All posts by Michael


The Podcast: SNL Season 46

Some of us here at still watch SNL, which is about to wrap up its 46th season, featuring a giant-sized cast, a new fake president, a sorta-return to sorta-status quo, a bunch of guest stars, and a more-electic-than-usual lineup of hosts and musical guests. After the season’s penultimate episode, hosted by Keegan-Michael Key with musical guest Olivia Rodrigo, SNL watchers Nathaniel, Michael, Jesse, and Marisa had a chat about the episode that just aired, our thoughts on Saturday Night Live Season 46 overall, and even some speculation about what’s next. Stay tuned after the 90-minute SNL-style running time for a cut-for-time segment where we just go on about a bunch of random sketches we love from the show’s recent-ish past.

You can also flip through our past annual check-ins, including looks at SNL at Home, Adam Sandler’s hosting gig, Natalie Portman’s mid-season 2018 episode, the show’s Trump-era floundering, and its grotesque Trump episode. We’ve been doing this since Season 40, folks.

We are now up to SEVEN (7) different ways to listen to a SportsAlcohol podcast:

  • You can subscribe to our podcast using the rss feed.
  • I’m not sure why they allowed it, but we are on iTunes! If you enjoy what you hear, a positive comment and a rating would be great.
  • I don’t really know what Stitcher is, but we are also on Stitcher.
  • is a proud member of the Aha Radio Network. What is Aha? It’s kind of like Stitcher, but for your car.
  • You can download the mp3 of this episode directly here
  • Our most recent episode or two will sometimes be available on our Soundcloud
  • You can listen to the episode (and a bunch of great songs!) in the players below.

Mitty on Mitty

The lights in the theater darkened so that the glowing black of the screen was the only illumination. Multiple noises began to cease, rustling candy wrappers hushing, settling shoe soles snacking against dried soda, settling fabrics brushing seatbacks. The film critic dashed off notes on a reporter’s pad.

This passion project faces high expectations. How will Stiller stretch this short story out to feature length? I doubt it can retain the core of the original. I wonder how he pitched it.

The lavishly appointed Hollywood meeting room erupts in applause and cheerful congratulation. The executive had just explained the gist of the film, The Secret Life of Walter Mitty, about an office worker who feels ignored by his peers, but is secretly awesome, and eventually shares his secret awesomeness with the rest of the world. The chief, able to greenlight projects without checking with anyone, smiles with round shining cheeks. No champagne is popped, but the atmosphere in the room is one of champagne-popping.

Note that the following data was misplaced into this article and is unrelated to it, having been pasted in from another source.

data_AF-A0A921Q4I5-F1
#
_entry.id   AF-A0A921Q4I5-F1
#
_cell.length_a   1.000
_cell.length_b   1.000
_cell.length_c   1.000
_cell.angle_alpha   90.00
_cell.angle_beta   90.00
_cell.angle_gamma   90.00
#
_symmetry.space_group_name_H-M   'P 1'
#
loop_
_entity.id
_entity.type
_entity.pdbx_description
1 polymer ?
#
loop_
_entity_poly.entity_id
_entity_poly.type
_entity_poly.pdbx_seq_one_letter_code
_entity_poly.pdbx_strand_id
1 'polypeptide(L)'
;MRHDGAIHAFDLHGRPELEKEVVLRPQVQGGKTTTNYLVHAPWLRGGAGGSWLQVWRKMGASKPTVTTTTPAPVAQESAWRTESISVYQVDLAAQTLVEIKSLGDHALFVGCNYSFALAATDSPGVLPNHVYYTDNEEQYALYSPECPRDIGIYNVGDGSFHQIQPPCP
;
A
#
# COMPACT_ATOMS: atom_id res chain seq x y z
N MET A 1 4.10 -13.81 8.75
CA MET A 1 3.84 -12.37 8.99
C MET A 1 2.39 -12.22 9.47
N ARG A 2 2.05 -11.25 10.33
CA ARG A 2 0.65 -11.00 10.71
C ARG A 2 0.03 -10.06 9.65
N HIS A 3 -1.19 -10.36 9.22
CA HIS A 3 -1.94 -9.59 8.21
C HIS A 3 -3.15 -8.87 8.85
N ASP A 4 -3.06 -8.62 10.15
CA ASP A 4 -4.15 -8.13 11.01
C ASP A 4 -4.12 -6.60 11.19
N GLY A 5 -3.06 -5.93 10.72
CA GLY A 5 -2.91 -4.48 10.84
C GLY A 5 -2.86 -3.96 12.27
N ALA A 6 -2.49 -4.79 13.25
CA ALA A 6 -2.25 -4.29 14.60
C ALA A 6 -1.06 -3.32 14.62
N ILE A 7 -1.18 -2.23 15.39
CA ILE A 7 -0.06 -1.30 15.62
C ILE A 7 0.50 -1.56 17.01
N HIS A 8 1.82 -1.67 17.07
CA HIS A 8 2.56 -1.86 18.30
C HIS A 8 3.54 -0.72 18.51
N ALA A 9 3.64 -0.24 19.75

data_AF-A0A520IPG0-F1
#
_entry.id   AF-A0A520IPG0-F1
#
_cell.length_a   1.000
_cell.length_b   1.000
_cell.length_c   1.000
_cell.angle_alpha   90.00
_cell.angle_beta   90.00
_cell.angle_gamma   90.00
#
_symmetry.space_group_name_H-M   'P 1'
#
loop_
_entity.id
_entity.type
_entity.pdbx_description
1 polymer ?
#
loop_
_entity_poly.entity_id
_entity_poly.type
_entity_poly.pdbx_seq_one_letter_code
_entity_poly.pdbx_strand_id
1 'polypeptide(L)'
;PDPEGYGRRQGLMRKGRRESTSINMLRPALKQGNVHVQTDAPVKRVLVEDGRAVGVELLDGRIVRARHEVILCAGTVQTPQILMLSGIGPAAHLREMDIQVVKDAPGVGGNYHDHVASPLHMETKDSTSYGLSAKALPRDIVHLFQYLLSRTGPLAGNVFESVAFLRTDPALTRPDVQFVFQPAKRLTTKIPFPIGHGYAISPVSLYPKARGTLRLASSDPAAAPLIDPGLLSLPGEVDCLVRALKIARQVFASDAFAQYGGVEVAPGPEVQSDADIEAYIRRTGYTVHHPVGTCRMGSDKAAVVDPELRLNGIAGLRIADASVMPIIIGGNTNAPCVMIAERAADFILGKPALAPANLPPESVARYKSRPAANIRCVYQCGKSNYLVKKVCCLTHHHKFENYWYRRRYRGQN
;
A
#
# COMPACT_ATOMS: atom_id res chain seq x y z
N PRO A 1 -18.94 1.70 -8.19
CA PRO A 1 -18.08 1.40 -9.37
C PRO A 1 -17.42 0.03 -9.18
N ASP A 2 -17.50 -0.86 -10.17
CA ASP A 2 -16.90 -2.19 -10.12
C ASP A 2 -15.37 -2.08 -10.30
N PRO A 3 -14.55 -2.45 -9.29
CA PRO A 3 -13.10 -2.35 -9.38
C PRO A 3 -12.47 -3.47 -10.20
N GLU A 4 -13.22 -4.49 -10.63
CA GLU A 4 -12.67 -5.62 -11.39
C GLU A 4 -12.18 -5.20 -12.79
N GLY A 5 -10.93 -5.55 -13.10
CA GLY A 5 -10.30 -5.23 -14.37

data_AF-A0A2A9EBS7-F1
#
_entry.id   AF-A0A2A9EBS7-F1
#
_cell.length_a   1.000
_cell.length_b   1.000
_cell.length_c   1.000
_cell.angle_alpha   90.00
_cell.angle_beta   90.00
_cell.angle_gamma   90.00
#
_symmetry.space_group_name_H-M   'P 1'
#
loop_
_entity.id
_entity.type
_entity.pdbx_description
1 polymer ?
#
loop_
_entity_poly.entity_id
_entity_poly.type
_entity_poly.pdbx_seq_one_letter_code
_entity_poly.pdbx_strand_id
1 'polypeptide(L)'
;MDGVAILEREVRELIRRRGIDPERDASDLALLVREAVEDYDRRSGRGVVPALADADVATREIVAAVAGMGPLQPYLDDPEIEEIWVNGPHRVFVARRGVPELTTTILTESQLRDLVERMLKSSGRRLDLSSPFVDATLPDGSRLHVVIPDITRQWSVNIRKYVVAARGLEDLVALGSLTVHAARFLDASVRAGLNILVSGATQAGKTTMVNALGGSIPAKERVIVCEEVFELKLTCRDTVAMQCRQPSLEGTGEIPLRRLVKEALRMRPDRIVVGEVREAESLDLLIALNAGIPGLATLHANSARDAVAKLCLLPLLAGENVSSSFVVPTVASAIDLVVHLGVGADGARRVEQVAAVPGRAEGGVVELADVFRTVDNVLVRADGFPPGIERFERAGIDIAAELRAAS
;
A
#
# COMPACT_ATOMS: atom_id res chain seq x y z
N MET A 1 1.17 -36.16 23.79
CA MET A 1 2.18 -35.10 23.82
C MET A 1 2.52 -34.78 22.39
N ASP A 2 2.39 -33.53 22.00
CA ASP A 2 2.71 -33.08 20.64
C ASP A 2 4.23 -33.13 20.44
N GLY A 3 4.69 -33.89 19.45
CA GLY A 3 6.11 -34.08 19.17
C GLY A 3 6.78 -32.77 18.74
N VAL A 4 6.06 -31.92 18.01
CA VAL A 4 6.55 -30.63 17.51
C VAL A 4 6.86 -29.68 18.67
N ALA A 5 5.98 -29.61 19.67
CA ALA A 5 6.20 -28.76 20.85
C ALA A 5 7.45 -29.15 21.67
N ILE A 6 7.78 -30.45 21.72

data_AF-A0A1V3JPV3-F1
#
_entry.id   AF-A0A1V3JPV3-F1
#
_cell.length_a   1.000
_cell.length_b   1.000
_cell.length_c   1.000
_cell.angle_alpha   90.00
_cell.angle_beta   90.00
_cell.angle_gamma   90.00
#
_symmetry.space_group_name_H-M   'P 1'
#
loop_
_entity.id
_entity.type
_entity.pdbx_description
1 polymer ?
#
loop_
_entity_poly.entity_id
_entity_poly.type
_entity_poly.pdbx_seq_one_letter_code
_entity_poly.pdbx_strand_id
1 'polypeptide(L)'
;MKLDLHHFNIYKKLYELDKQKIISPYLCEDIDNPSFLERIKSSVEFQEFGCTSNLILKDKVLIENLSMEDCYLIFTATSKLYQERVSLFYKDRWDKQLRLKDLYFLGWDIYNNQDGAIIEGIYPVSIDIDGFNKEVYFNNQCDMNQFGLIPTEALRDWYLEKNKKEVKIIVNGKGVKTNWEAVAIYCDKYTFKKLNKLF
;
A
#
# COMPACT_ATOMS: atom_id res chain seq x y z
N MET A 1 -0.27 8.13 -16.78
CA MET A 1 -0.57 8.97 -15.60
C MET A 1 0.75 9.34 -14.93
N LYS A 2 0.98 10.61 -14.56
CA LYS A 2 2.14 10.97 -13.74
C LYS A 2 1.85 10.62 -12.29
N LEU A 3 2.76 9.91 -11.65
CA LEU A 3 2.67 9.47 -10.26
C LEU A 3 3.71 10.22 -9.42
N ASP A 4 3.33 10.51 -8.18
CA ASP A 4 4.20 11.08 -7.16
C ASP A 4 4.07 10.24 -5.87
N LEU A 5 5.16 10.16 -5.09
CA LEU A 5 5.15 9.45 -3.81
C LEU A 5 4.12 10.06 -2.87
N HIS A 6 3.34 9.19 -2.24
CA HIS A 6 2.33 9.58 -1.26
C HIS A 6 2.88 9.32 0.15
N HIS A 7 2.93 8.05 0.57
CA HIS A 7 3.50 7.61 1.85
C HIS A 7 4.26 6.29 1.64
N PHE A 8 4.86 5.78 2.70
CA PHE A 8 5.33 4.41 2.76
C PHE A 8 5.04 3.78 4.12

A script reader standing against the wall at the far end of the room clears his throat. No one hears.

He stands more erect and declares, “Excuse me.”
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Falkor, Longshot, and Teela Brown: A Meditation on Luck

Americans, at least some of us, have trouble with the idea of luck. John Chait once observed that “the argument that getting rich often entails a great deal of luck tends to drive conservatives to apoplexy.” Maybe this is because theodicy undergirds much of our society, or maybe because luck is a confusing and even possibly disturbing concept. After all, what is luck but a nametag-friendly moniker for that dark spirit: chance? Or, worse: random chance. Hence the derision in Obi-Wan’s sneering: “In my experience, there’s no such thing as luck,” the word itself spat out from the wise beard of a man who knows how things work. Then again, Obi-Wan can deflect lasers with his lightsaber and also live, albeit with diminished opacity, beyond death.
Continue reading Falkor, Longshot, and Teela Brown: A Meditation on Luck